7. 7. Context of the report As previous versions of the club licensing benchmarking The report is structured in five chapters that follow a brief section illustrating main highlights: report, this report does not profile individual clubs but presents an analysis of European club football providing Chapter 1 - Club licensing profile and report scope: Chapter 4 - Financial profile of European club football - national associations, leagues and clubs with information it explains the scope of the report and the recent club 2008 costs and profitability: employee costs and other to be compared. Information contained in this report, licensing results. operating costs and trends; the impact of transfer unless otherwise mentioned, is sourced directly from clubs accounting and activity on club financial results; the that submitted audited financial information to their Chapter 2 - Sporting profile of European club football: impact of financing and other non operating activities national associations as part of the club licensing it presents information on the size and structure of on club financial result and; operating and bottom-line requirements. domestic championships; an overview of club legal forms; net profitability. stadium ownership, and; average attendances and This year’s report covers figures from financial statements attendance trends across Europe. Chapter 5 - Financial profile of European club football - of 655 or almost 90% of all top division clubs. Its 2008 assets, debts and liabilities: it finishes the financial production was only possible by the strong input and Chapter 3 - Financial profile of European club football - profile by looking at the balance sheets of European support of the national licensing managers to whom we 2008 income: income split (broadcasting, advertising & football clubs: type of assets, debts and other liabilities extend our thanks. sponsorship, gate receipts, and other income) and trends, are screened. It provides information on how clubs are the use and relevance of peer groups and; the link financed and on the level of capitalisation. between financial resources and on-pitch success. 07 BENCHMARKING REPORT - INTRODUCTION HIGHLIGHTS INDEX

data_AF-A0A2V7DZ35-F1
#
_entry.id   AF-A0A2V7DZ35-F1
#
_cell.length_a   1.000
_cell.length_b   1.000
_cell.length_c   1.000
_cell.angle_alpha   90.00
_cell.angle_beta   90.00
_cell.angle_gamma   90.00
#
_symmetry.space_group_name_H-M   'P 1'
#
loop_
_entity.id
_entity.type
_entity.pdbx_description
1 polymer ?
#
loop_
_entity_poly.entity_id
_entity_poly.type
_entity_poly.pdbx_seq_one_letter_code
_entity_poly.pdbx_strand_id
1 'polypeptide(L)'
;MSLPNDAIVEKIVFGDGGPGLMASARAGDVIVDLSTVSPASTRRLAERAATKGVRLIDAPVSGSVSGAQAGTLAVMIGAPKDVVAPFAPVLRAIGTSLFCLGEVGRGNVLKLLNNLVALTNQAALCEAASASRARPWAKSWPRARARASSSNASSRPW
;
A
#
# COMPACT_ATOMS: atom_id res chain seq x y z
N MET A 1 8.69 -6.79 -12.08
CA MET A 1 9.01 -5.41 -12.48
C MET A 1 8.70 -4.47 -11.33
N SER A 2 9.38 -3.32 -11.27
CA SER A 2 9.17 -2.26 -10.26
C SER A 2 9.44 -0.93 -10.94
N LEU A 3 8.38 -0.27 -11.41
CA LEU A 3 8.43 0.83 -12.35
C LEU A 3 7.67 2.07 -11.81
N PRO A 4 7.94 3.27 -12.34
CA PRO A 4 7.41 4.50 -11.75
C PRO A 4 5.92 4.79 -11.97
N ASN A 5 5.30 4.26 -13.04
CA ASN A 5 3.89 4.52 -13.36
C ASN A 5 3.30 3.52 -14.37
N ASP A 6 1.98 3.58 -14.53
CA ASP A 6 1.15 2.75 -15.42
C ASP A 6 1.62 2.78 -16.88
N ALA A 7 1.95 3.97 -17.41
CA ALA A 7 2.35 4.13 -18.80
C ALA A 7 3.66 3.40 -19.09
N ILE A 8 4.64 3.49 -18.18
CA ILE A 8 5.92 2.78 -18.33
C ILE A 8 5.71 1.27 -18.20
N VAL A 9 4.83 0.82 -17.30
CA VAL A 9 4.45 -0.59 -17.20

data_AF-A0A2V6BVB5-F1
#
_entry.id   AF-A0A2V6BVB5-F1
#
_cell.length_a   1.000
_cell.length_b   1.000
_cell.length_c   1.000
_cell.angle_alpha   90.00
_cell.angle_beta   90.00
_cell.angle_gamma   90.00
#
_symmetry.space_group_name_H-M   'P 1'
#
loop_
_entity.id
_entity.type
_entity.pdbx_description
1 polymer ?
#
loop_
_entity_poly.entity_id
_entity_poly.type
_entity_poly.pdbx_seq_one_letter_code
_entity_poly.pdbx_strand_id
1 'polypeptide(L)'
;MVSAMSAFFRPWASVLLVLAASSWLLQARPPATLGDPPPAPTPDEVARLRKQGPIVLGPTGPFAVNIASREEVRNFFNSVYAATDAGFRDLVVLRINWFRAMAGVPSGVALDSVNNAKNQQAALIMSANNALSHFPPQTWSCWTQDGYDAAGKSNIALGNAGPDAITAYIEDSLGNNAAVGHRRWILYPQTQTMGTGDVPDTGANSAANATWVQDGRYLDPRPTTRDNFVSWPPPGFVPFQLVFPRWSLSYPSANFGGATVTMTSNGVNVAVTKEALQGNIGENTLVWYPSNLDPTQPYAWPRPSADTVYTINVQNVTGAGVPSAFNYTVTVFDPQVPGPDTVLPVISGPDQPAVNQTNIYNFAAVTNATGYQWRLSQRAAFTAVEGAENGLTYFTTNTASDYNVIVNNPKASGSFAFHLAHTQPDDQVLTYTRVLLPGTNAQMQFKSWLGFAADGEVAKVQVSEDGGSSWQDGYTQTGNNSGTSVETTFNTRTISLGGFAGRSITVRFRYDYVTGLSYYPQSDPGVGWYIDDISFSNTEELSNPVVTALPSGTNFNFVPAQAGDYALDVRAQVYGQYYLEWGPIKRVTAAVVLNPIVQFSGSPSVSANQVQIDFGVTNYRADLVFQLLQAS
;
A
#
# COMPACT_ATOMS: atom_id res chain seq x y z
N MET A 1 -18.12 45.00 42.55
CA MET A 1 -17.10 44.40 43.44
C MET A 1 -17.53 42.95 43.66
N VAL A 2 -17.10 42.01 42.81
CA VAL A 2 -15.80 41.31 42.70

8. 8. BENCHMARKING REPORT HIGHLIGHTS Highlights 08 HIGHLIGHTS INDEX
  9. 9. 09 BENCHMARKING REPORT - HIGHLIGHTS HIGHLIGHTS INDEX
  10. 10. BENCHMARKING REPORT HIGHLIGHTS Club licensing The number of clubs undergoing club licensing in Europe in 2009 The percentage of national associations (43 of 53) which have refused one of their clubs a UEFA club licence between 2004-2009 The number of clubs (from 5 separate countries) who qualified on a sporting basis for this years UEFA Europa League but were not granted licences Domestic championship structures The number of top divisions that have changed the number of participating clubs in the last 3 years. The number of top divisions with two or more relegation places – a fundamental aspect of European sports model. The number of top divisions clubs, from 13 countries, playing their domestic championship in summer months Popularity - Attendances Reported attendances at top division European domestic championship matches in 2008/09 season Clubs in top division that reported average league attendances over 10’000 per match Top divisions that reported falling attendances in 2008/09(2008s) compared to 66% that reported increasing attendances the previous year 10 HIGHLIGHTS INDEX
  11. 11. Stadium ownership Proportion of European top divisions clubs renting their stadiums from municipal or state authorities The number of top division clubs (83%) that do not directly own their stadium 11 BENCHMARKING REPORT - HIGHLIGHTS HIGHLIGHTS INDEX